We must begin to discover the vast, mutual ethical basis of religious experience and begin carving out theology with peoples of different faiths. We must begin to share our faith, not as a tool of conversion, but as a means of mutual spiritual growth in which learning becomes as important as teaching. We must begin to share in spiritual understandings, spiritual expressions, and even spiritual beliefs, not to convert, but to grow in understanding. We are compelled to do this not only out of self-interest (to strengthen our faith) but that in this sharing, we along with others may grow in our understanding of God’s purpose for creation.

from Indian Spirituality, Another Vision, by James L. West (Baptist Cheyenne)
in Treat, Native and Christian (p. 36)


the idea of three Testaments: the Hebrew Scriptures, Native American Tradition, and the New Testament, that there are perhaps multiple “Old Testaments” that can assume a similar role for Christianity as the Hebrew Scriptures… articulated by Steve Charleston (Episcopal Choctaw) in “The Old Testament of Native America”


the idea that the Native Americans are the Canaanites to the Israelite/Europeans, the indigenous people who must convert or be destroyed, who are the original inhabitants of the promised land, proposed by Robert Allen Warrior (Osage, Methodist) Response from William Baldridge (Cherokee, Baptist) tells the story of the Canaanite women who comes to Jesus to beg for healing for her child, who dares to say “Yet even the dogs eat the crumbs that fall from their master’s table.” Baldridge says: “What happens next is a miracle: The Son of Yahweh is set free. The son of the god of Canaanite oppression repents. Jesus not only changes his mind, he changes his heart. He sees her as a human being and answers her as such. “O woman, great is your faith! Be it done for you as you desire.” And her daughter was healed instantly… and so, I believe, were the wounds of bitterness in the Canaanite woman.”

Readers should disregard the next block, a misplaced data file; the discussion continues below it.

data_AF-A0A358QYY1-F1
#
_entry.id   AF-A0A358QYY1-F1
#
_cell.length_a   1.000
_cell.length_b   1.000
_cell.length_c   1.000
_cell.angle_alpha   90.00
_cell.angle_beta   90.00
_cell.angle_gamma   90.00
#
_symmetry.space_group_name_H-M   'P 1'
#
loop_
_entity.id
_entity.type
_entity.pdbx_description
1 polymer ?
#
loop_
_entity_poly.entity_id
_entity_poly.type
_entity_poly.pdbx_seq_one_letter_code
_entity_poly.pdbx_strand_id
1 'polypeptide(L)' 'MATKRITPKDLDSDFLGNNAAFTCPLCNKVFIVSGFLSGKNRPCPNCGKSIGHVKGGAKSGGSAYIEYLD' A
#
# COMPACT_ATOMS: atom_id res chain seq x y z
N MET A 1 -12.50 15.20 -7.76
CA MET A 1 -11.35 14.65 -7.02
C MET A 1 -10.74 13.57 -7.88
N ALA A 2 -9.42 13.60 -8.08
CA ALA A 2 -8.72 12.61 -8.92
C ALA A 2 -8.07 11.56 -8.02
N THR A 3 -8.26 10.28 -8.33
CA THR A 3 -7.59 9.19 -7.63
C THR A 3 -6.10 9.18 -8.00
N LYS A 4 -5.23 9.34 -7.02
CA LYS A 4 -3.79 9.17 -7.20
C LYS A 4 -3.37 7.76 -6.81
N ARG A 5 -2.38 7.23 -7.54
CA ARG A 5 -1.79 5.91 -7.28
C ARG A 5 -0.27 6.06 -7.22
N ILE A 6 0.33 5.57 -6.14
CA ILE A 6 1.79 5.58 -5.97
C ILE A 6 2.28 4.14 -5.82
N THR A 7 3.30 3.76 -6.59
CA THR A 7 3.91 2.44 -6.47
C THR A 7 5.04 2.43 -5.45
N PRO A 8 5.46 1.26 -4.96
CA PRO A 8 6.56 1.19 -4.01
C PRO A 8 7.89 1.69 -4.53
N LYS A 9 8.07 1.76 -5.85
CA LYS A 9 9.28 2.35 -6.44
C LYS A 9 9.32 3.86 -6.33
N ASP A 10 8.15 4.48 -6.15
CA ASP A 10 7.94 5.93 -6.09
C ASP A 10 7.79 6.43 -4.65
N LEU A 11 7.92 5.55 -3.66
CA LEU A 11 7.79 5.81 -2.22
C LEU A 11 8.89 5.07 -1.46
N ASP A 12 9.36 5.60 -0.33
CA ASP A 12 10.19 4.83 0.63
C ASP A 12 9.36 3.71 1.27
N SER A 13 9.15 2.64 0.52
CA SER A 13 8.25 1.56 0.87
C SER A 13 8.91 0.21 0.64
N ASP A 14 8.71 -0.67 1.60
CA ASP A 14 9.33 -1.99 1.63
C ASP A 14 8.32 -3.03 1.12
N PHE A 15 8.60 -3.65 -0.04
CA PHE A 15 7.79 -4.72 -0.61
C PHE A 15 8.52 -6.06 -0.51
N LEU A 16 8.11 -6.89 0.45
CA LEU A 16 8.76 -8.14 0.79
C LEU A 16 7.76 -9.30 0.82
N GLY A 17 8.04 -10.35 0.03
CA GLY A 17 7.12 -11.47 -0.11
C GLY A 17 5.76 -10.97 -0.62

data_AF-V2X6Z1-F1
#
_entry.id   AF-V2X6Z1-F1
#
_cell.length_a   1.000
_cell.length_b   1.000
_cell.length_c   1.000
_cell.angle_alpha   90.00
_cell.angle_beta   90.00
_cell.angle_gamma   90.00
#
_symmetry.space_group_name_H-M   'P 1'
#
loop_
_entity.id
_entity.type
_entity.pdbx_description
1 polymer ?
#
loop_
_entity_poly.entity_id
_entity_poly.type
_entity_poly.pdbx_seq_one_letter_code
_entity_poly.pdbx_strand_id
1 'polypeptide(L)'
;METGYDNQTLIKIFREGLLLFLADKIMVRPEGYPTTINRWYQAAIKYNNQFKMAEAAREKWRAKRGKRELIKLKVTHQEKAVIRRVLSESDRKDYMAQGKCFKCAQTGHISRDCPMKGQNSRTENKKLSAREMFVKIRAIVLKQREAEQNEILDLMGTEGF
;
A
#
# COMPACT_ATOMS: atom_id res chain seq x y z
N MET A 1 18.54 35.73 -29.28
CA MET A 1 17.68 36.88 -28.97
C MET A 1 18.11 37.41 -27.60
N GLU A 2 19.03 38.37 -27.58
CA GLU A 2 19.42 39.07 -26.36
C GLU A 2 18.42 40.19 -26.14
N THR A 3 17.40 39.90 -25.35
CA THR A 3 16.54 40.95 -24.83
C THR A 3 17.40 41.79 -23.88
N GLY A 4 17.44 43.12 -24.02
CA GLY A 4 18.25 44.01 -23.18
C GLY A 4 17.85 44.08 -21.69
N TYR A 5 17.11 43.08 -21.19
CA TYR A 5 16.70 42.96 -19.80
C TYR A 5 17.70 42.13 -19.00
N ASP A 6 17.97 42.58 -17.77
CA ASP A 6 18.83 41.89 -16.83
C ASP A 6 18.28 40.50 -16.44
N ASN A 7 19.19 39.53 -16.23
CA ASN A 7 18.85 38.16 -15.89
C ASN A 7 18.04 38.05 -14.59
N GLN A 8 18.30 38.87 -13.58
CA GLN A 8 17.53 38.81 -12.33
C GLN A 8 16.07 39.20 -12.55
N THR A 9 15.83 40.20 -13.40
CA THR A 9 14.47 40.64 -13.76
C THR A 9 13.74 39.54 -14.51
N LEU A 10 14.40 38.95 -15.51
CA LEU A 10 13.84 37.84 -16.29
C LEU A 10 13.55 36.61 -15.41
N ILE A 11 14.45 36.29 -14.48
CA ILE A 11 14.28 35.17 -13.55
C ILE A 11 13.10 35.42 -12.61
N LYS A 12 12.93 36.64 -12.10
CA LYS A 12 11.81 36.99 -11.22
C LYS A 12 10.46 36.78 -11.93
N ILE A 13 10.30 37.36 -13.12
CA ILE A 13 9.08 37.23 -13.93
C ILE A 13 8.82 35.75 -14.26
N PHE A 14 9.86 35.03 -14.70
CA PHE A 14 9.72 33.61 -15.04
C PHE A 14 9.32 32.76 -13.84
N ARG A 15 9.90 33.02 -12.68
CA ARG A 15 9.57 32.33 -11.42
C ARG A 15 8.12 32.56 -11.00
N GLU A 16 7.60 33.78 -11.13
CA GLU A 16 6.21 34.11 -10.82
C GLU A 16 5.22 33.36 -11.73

There is real concern among the reservation traditions of the impact and meaning of spreading the tribal teaching to anyone who has a spiritual or emotional need. The belief has always been that the Great Spirit and/or the high spirits are also watching others and they will provide the proper religious insights and knowledge to others. Therefore it behooves Indians to obey the teachings of their own traditions and hold them close. If they were meant for other people, the other people would have them. Such thinking has prevented most tribes from engaging in religious imperialism, and the humility underlying this attitude is admirable.  (Vine Deloria, Jr. Yankton Sioux historian)

no place dedicated to solitude

from Chief Seattle’s 1855 speech:

1. Your religion was written on tablets of stone by the iron finger of an angry God lest you forget.
2. The red man could never comprehend nor remember it.